“Some in the field believe that artificial intelligence will augment, not replace: algorithms will free us from rote tasks like memorizing reams of legal precedents and allow us to pursue the higher-order thinking our massive brains are capable of. Others think the only tasks machines can’t do better are creative ones.”

I suppose the answers to those debates will present themselves eventually. Personally, I’m more excited than scared by the possibilities. How about you, dear reader?

Cynthia Murrell, May 11, 2015

Sponsored by ArnoldIT.com, publisher of the CyberOSINT monograph

Digital Economy Growth Engines Lose RPMs

April 24, 2015

Short honk: I read several articles about the financial reports of Facebook, Google, and Yahoo. I enjoyed the explanations about the revenues and profits. Here are the write ups open on my desktop monitor at this moment:

Is there a message to be decrypted from these data? Yep.

Stephen E Arnold, April 24, 2015

Google Allegedly Just Gets a Good Idea: A Data Platform

April 24, 2015

Wow. I read some interesting and often crazy stuff. But this is a keeper. Navigate to “Google Builds a Data Platform That’s the Last Piece of Its Ad Empire. Connects Dots for Marketers and Challenges Facebook.” Never mind that the Google has been working on the data platform thing for advertising for what is it now, 12 or 13 years. Never mind that the guts of the ad system’s interfaces have been a project at the Google for more than a decade. Never mind that the guts of the data platform idea originated before Google hired Drs. Halevy and Guha along with hundreds of other scientists and engineers eager to knit together data from Google’s various repositories. But, hey, it is an advertising Web site, and I assume advertising experts are a heck of a lot more informed than little old me.

I read:

Of course, Google faces regulatory scrutiny for any move it makes, as well as talk of anti-competitive practices. In fact, the company was charged in Europe last week with behaving like a monopoly in search. The ad tech community has been concerned that Google is offering all the services that lock advertisers into its ecosystem and squeeze out rivals.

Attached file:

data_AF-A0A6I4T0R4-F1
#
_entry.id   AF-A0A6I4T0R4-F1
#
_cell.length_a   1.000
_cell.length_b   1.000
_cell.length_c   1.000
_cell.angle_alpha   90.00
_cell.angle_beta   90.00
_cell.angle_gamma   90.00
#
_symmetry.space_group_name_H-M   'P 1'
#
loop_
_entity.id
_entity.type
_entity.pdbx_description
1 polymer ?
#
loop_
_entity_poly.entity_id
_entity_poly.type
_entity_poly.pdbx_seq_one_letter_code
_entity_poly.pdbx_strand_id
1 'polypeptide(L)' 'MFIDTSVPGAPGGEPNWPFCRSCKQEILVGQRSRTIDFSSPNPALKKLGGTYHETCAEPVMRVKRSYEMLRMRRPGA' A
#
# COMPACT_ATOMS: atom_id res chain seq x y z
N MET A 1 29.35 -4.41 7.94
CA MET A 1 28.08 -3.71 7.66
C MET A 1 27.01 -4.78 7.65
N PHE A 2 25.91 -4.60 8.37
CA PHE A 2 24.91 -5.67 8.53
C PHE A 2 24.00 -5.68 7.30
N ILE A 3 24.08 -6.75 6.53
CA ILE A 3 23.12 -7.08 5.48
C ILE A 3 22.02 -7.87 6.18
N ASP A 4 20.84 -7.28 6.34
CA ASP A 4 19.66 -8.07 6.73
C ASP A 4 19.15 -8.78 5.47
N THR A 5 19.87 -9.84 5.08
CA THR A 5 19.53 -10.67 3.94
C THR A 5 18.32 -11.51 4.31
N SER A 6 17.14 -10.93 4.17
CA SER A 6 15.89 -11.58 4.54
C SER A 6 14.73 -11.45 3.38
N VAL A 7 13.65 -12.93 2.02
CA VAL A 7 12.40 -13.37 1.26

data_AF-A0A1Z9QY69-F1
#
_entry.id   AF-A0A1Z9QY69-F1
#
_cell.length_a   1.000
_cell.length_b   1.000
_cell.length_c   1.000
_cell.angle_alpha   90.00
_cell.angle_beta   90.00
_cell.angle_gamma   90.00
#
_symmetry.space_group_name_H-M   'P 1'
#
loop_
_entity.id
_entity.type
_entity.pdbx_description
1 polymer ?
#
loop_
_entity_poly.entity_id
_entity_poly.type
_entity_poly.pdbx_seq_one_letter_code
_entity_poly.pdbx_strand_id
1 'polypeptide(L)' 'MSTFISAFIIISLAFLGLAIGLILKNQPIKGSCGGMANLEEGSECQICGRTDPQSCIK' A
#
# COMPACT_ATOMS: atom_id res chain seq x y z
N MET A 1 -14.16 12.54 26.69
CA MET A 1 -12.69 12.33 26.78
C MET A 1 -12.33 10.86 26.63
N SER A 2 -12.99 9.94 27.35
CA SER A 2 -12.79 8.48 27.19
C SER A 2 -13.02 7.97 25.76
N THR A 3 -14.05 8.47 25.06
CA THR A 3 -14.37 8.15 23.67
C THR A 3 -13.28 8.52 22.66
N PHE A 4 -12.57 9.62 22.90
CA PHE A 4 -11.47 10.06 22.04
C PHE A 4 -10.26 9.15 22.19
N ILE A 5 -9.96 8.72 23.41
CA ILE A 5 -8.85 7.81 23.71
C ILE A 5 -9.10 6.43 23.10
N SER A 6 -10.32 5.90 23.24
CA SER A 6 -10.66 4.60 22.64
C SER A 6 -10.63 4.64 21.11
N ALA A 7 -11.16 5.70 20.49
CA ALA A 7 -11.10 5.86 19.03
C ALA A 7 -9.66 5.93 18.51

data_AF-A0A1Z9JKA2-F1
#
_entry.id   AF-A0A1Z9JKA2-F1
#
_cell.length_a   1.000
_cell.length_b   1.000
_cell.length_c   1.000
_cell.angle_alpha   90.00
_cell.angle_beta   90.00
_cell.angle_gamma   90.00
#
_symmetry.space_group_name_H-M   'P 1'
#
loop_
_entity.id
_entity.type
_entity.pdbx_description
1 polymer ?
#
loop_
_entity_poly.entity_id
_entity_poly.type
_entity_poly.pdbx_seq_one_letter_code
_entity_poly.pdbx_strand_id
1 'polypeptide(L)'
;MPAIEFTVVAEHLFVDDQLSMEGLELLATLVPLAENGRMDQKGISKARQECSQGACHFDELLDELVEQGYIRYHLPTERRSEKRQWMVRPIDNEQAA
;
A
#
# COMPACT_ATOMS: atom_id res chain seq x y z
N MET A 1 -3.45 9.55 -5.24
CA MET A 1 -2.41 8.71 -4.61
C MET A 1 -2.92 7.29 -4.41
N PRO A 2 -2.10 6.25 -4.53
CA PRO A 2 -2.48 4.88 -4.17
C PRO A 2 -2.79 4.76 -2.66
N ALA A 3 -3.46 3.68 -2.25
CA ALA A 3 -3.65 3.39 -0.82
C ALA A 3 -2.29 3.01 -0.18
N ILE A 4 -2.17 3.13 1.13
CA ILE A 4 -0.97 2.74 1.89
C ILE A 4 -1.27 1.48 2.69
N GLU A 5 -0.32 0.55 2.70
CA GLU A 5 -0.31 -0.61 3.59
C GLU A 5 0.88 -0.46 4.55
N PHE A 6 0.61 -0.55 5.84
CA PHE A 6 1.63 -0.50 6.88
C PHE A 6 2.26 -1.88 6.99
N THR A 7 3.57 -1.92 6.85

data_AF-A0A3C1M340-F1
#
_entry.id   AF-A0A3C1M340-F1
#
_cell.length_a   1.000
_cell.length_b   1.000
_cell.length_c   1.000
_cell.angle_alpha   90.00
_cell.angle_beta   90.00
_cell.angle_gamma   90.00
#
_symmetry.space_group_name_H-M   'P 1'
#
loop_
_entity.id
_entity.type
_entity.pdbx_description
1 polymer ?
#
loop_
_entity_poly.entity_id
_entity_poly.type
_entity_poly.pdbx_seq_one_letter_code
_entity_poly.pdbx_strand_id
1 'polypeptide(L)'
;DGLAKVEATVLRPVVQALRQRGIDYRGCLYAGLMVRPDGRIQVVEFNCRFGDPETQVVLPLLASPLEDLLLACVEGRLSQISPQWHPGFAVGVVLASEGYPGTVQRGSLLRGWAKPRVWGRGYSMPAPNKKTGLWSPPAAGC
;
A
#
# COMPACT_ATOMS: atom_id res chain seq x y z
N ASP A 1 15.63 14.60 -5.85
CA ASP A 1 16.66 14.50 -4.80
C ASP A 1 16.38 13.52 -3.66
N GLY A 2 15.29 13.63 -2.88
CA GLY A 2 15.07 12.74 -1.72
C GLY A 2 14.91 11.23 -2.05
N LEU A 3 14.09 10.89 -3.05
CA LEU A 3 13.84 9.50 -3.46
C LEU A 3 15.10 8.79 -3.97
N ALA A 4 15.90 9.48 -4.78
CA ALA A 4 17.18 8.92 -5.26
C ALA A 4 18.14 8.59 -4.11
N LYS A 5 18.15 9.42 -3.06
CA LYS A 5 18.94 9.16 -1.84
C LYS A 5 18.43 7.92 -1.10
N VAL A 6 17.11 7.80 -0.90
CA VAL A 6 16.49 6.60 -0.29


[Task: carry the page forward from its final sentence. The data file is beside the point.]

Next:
What the write is about is the “lead” which Facebook has over Google. The problem is not technology, in my humble opinion. The problem is that Google is focused on technology and Facebook was built to allow a person to get a date. Facebook followed its social-human thing, and the GOOG has been embracing the ever lovable zeros and ones. There are Googlers at Facebook, but Facebook will not become a Google. I would argue that Google cannot become a Facebook.

The data platform is secondary to the source of the information fueling the respective systems. Facebook users are the content sources. Google’s content comes from other places. Both companies face significant challenges and neither is likely to morph into another.

Why not merge into a Googbook or Facegle? If it works for Comcast and Time Warner, it might work for Google and Facebook. Ad buys just become easier. Ad people often prefer the easy approach.

Stephen E Arnold, April 24, 2015

The Elusive Video Recognition

April 22, 2015

Pictures and video still remain a challenge for companies like Google, Facebook, Apple, and more.  These companies want to be able to have an algorithm pick up on the video or picture’s content without relying on tags or a description.  The reasons are that tags are sometimes vague or downright incorrect about the content.  VentureBeat reports that Google has invested a lot of funds and energy in a deep learning AI.  The article is called “Watch Google’s Latest Deep Learning System Recognize Sports In YouTube Clips.”